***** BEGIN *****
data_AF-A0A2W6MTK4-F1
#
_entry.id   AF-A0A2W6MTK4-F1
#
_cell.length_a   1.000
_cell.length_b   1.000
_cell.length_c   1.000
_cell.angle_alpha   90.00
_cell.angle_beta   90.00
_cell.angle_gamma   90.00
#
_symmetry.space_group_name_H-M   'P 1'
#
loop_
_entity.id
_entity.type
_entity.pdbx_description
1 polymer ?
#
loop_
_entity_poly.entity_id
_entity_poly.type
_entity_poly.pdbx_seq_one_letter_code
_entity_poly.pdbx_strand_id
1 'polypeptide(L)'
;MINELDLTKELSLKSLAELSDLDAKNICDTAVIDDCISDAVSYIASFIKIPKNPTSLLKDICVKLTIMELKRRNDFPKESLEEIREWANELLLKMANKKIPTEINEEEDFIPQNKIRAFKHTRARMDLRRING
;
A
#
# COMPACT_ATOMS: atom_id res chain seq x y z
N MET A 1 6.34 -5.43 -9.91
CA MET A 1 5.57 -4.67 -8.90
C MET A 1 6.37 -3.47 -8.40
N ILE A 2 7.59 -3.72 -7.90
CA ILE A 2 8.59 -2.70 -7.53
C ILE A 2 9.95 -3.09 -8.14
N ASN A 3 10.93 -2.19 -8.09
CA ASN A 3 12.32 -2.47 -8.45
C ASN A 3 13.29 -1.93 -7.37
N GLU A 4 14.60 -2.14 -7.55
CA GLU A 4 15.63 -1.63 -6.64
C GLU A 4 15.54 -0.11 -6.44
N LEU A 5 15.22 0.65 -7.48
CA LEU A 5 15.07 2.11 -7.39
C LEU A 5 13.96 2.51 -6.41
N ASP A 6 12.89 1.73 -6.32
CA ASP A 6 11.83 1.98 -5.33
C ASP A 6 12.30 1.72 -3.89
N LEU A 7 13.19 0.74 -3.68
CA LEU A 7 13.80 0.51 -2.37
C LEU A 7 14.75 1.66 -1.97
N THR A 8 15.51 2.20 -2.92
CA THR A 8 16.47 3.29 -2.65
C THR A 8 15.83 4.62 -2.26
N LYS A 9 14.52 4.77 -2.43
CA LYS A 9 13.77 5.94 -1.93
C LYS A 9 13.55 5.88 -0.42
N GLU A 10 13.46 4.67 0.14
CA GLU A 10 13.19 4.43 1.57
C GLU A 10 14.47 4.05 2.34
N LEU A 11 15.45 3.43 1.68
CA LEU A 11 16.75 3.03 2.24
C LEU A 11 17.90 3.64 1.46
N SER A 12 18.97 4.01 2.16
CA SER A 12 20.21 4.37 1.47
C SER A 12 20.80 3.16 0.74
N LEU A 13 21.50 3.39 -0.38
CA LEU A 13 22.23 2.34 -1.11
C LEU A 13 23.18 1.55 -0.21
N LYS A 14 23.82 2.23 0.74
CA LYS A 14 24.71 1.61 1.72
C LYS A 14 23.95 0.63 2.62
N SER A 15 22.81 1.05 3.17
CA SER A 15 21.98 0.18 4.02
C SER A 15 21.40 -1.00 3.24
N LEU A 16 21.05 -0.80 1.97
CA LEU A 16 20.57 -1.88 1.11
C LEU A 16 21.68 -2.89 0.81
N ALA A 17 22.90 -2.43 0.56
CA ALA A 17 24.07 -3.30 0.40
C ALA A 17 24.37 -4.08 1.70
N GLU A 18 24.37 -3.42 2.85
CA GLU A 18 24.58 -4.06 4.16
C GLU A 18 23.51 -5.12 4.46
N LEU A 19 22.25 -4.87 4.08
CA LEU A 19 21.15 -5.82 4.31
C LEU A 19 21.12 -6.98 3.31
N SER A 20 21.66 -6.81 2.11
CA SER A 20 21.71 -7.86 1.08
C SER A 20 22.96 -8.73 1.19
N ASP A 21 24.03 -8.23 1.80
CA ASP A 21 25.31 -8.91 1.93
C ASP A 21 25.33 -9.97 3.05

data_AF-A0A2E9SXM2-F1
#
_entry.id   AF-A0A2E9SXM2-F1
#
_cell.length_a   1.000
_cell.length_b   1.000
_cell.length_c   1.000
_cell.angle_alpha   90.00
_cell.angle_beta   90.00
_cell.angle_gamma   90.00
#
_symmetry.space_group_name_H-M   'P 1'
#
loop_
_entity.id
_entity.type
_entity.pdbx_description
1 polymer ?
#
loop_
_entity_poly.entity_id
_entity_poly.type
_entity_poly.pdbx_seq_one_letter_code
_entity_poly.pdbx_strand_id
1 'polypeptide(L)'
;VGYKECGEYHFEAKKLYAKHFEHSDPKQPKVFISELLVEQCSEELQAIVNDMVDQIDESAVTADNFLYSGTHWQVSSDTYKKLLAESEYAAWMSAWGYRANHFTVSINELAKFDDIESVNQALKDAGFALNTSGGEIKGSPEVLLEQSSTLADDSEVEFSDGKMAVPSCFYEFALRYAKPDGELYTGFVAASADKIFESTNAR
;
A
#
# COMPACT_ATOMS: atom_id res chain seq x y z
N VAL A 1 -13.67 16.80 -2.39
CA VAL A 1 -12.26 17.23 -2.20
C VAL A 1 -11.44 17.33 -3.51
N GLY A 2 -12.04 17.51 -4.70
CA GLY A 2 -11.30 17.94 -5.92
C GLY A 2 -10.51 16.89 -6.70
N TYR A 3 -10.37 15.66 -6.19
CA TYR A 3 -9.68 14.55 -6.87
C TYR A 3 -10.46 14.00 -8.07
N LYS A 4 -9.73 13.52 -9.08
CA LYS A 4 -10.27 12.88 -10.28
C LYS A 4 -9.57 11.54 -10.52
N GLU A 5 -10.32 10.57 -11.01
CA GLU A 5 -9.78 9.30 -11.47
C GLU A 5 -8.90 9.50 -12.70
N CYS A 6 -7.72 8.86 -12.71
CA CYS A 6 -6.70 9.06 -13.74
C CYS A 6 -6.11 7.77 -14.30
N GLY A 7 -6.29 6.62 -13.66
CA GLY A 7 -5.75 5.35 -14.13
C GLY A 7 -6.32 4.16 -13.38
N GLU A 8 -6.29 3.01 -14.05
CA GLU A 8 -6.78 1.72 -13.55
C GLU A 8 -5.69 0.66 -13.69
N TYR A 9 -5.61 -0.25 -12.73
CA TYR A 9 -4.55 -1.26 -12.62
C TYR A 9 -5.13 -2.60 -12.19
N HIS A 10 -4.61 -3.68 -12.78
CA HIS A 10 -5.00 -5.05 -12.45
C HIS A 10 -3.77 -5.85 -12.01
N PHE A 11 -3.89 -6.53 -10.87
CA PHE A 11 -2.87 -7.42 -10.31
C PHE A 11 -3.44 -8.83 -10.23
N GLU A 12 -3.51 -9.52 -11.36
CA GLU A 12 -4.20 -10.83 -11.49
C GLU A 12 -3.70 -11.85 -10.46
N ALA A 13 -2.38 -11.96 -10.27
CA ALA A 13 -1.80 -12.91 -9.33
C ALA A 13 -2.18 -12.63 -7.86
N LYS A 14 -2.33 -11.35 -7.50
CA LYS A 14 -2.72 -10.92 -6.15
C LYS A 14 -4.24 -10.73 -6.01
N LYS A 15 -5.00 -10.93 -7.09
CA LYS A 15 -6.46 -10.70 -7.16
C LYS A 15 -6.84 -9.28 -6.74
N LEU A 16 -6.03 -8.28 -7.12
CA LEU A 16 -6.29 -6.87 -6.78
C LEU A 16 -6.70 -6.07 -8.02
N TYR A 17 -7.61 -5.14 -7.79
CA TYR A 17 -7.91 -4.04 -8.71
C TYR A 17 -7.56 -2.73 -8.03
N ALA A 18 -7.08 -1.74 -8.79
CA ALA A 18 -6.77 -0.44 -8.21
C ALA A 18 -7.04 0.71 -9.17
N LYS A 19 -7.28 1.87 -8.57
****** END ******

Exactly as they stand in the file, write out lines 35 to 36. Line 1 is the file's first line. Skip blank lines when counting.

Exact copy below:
CA ILE A 2 8.59 -2.70 -7.53
C ILE A 2 9.95 -3.09 -8.14